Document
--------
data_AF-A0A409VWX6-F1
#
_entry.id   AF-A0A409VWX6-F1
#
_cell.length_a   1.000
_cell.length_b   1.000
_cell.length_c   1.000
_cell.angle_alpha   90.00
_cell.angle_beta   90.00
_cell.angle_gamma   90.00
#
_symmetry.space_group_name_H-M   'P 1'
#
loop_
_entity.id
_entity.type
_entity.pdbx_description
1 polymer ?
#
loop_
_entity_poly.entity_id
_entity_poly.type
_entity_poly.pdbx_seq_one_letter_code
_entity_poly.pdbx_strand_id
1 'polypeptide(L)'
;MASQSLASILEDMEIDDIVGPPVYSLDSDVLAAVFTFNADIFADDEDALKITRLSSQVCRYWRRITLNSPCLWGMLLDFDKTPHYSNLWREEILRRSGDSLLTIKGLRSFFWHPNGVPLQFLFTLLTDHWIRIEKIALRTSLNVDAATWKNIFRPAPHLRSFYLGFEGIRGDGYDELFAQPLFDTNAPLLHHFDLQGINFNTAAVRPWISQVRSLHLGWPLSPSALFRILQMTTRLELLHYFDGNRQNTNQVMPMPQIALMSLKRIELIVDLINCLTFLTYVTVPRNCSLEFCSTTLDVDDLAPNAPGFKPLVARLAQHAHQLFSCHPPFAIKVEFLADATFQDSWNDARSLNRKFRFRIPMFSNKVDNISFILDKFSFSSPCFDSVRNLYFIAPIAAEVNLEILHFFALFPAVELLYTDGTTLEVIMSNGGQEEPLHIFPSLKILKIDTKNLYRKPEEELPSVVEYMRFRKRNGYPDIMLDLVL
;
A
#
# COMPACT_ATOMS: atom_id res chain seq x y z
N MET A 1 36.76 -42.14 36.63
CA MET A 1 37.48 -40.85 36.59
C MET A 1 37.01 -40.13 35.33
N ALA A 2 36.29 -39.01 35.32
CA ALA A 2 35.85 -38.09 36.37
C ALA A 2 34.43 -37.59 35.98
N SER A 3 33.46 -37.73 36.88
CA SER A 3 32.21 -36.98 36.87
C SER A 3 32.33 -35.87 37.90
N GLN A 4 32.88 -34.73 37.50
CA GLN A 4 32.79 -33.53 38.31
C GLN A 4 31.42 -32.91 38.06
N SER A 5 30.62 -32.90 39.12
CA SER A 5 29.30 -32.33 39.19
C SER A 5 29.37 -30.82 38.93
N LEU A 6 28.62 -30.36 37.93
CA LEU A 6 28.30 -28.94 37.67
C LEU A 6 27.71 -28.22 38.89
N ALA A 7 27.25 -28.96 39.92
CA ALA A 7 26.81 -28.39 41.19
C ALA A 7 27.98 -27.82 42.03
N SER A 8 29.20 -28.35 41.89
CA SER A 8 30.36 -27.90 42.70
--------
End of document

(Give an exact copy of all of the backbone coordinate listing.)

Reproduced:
data_AF-A0A409VWX6-F1
#
_entry.id   AF-A0A409VWX6-F1
#
_cell.length_a   1.000
_cell.length_b   1.000
_cell.length_c   1.000
_cell.angle_alpha   90.00
_cell.angle_beta   90.00
_cell.angle_gamma   90.00
#
_symmetry.space_group_name_H-M   'P 1'
#
loop_
_entity.id
_entity.type
_entity.pdbx_description
1 polymer ?
#
loop_
_entity_poly.entity_id
_entity_poly.type
_entity_poly.pdbx_seq_one_letter_code
_entity_poly.pdbx_strand_id
1 'polypeptide(L)'
;MASQSLASILEDMEIDDIVGPPVYSLDSDVLAAVFTFNADIFADDEDALKITRLSSQVCRYWRRITLNSPCLWGMLLDFDKTPHYSNLWREEILRRSGDSLLTIKGLRSFFWHPNGVPLQFLFTLLTDHWIRIEKIALRTSLNVDAATWKNIFRPAPHLRSFYLGFEGIRGDGYDELFAQPLFDTNAPLLHHFDLQGINFNTAAVRPWISQVRSLHLGWPLSPSALFRILQMTTRLELLHYFDGNRQNTNQVMPMPQIALMSLKRIELIVDLINCLTFLTYVTVPRNCSLEFCSTTLDVDDLAPNAPGFKPLVARLAQHAHQLFSCHPPFAIKVEFLADATFQDSWNDARSLNRKFRFRIPMFSNKVDNISFILDKFSFSSPCFDSVRNLYFIAPIAAEVNLEILHFFALFPAVELLYTDGTTLEVIMSNGGQEEPLHIFPSLKILKIDTKNLYRKPEEELPSVVEYMRFRKRNGYPDIMLDLVL
;
A
#
# COMPACT_ATOMS: atom_id res chain seq x y z
N MET A 1 36.76 -42.14 36.63
CA MET A 1 37.48 -40.85 36.59
C MET A 1 37.01 -40.13 35.33
N ALA A 2 36.29 -39.01 35.32
CA ALA A 2 35.85 -38.09 36.37
C ALA A 2 34.43 -37.59 35.98
N SER A 3 33.46 -37.73 36.88
CA SER A 3 32.21 -36.98 36.87
C SER A 3 32.33 -35.87 37.90
N GLN A 4 32.88 -34.73 37.50
CA GLN A 4 32.79 -33.53 38.31
C GLN A 4 31.42 -32.91 38.06
N SER A 5 30.62 -32.90 39.12
CA SER A 5 29.30 -32.33 39.19
C SER A 5 29.37 -30.82 38.93
N LEU A 6 28.62 -30.36 37.93
CA LEU A 6 28.30 -28.94 37.67
C LEU A 6 27.71 -28.22 38.89
N ALA A 7 27.25 -28.96 39.92
CA ALA A 7 26.81 -28.39 41.19
C ALA A 7 27.98 -27.82 42.03
N SER A 8 29.20 -28.35 41.89
CA SER A 8 30.36 -27.90 42.70